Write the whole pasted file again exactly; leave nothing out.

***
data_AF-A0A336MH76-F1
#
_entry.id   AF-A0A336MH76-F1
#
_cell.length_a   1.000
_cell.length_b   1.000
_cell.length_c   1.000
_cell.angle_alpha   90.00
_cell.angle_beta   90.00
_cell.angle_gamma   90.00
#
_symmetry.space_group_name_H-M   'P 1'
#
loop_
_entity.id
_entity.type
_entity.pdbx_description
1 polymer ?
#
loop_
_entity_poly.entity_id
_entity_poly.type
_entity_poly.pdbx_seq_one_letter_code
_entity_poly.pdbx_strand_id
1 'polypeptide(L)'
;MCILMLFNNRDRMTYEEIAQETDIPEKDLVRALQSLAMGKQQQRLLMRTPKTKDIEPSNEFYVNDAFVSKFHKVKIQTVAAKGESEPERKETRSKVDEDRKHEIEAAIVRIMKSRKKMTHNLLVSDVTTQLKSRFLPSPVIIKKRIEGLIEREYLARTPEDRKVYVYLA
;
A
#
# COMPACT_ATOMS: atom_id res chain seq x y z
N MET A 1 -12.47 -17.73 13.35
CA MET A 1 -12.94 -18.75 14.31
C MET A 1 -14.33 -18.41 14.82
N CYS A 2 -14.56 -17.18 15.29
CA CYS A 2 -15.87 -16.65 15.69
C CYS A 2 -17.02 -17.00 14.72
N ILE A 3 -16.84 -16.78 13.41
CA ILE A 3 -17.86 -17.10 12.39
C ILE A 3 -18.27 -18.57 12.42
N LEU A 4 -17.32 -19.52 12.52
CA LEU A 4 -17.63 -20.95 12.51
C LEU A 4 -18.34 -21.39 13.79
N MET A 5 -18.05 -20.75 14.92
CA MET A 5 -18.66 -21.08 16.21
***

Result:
data_AF-A0A336MH76-F1
#
_entry.id   AF-A0A336MH76-F1
#
_cell.length_a   1.000
_cell.length_b   1.000
_cell.length_c   1.000
_cell.angle_alpha   90.00
_cell.angle_beta   90.00
_cell.angle_gamma   90.00
#
_symmetry.space_group_name_H-M   'P 1'
#
loop_
_entity.id
_entity.type
_entity.pdbx_description
1 polymer ?
#
loop_
_entity_poly.entity_id
_entity_poly.type
_entity_poly.pdbx_seq_one_letter_code
_entity_poly.pdbx_strand_id
1 'polypeptide(L)'
;MCILMLFNNRDRMTYEEIAQETDIPEKDLVRALQSLAMGKQQQRLLMRTPKTKDIEPSNEFYVNDAFVSKFHKVKIQTVAAKGESEPERKETRSKVDEDRKHEIEAAIVRIMKSRKKMTHNLLVSDVTTQLKSRFLPSPVIIKKRIEGLIEREYLARTPEDRKVYVYLA
;
A
#
# COMPACT_ATOMS: atom_id res chain seq x y z
N MET A 1 -12.47 -17.73 13.35
CA MET A 1 -12.94 -18.75 14.31
C MET A 1 -14.33 -18.41 14.82
N CYS A 2 -14.56 -17.18 15.29
CA CYS A 2 -15.87 -16.65 15.69
C CYS A 2 -17.02 -17.00 14.72
N ILE A 3 -16.84 -16.78 13.41
CA ILE A 3 -17.86 -17.10 12.39
C ILE A 3 -18.27 -18.57 12.42
N LEU A 4 -17.32 -19.52 12.52
CA LEU A 4 -17.63 -20.95 12.51
C LEU A 4 -18.34 -21.39 13.79
N MET A 5 -18.05 -20.75 14.92
CA MET A 5 -18.66 -21.08 16.21